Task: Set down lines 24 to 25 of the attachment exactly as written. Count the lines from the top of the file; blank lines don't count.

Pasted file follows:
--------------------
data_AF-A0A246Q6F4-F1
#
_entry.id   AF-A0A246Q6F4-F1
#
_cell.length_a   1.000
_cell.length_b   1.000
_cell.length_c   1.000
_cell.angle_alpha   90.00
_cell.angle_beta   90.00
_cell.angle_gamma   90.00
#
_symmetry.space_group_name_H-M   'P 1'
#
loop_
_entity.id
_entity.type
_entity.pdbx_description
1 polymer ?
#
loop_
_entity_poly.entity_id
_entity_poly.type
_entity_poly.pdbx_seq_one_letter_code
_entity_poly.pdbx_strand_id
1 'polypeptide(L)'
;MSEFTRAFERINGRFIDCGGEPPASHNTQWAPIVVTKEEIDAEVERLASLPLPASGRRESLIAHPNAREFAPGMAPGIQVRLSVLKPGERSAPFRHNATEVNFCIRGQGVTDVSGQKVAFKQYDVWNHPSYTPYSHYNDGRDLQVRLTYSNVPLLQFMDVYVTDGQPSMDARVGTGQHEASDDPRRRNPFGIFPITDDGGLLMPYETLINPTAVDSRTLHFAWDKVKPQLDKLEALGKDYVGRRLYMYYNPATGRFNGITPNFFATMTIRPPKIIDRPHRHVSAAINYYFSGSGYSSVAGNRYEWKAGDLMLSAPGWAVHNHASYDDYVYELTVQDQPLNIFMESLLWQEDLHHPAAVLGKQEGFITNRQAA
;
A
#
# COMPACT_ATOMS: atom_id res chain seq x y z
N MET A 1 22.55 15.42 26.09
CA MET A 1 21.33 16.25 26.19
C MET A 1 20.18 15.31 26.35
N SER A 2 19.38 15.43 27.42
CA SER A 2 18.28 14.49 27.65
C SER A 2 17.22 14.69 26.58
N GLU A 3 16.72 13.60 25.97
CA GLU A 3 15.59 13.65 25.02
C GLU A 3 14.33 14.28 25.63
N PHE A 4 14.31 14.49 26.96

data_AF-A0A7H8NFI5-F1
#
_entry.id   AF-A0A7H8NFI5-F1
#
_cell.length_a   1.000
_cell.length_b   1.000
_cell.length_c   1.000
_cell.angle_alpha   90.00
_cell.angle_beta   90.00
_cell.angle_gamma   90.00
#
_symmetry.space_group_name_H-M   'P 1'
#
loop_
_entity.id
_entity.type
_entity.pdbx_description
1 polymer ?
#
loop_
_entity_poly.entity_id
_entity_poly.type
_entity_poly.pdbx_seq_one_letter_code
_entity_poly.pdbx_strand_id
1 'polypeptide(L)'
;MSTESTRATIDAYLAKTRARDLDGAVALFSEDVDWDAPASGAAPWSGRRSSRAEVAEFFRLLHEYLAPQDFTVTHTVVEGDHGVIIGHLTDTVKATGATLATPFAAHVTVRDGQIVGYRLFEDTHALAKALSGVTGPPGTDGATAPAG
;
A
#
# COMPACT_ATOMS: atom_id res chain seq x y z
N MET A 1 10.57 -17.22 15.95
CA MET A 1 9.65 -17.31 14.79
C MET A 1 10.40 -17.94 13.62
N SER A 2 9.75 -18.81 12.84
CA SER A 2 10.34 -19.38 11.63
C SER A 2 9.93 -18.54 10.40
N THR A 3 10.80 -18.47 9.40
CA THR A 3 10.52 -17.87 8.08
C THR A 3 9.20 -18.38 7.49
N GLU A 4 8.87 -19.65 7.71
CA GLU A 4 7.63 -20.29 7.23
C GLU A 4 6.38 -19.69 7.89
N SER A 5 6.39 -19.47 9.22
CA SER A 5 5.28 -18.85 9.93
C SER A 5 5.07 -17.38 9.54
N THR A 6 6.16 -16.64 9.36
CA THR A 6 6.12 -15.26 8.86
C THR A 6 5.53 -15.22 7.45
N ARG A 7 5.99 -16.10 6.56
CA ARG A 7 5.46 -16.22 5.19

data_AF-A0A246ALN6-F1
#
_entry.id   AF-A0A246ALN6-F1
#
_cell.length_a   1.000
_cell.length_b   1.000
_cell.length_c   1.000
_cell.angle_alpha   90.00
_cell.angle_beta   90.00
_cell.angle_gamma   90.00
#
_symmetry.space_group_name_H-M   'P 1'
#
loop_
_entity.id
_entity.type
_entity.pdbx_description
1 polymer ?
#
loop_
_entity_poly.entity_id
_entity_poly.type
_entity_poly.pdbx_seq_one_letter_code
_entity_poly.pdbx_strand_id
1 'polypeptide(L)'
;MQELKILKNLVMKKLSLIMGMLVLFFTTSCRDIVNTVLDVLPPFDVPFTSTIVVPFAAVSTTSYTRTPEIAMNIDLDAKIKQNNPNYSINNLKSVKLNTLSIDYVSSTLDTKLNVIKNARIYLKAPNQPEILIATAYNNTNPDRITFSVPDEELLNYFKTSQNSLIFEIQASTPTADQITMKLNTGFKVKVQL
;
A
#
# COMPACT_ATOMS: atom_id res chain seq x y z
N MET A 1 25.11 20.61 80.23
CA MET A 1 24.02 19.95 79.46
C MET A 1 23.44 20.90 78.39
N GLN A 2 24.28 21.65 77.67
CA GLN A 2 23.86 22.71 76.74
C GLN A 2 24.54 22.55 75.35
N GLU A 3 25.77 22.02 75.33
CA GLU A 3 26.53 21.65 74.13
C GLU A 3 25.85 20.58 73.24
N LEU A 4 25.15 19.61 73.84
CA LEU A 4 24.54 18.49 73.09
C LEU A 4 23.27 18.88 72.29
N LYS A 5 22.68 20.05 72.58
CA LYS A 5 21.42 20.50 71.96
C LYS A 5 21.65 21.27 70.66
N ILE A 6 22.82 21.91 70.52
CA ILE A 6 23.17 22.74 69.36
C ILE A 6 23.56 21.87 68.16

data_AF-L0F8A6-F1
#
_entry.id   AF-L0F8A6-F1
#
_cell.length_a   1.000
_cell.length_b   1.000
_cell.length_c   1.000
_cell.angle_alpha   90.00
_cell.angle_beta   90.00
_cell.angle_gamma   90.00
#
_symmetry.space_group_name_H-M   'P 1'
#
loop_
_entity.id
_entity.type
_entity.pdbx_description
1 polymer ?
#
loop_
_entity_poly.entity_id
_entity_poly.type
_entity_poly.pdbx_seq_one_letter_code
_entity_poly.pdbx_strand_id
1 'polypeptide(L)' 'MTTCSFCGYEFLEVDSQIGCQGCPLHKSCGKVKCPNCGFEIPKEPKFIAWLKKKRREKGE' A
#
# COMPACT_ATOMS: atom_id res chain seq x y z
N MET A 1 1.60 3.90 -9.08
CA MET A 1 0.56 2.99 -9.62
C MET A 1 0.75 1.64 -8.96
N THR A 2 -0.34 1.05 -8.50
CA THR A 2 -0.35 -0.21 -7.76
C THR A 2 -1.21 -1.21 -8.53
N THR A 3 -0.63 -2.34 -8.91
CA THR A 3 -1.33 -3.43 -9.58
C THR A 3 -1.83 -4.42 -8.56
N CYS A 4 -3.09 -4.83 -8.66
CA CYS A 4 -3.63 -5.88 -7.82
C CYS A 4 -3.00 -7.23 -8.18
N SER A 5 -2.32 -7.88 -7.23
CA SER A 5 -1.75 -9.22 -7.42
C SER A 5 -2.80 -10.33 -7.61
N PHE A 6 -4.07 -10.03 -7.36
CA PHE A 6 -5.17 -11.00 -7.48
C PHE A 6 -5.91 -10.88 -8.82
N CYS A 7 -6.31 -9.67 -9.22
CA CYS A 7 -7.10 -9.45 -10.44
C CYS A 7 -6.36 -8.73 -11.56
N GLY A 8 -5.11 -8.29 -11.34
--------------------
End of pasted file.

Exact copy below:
_entity_poly.pdbx_strand_id
1 'polypeptide(L)'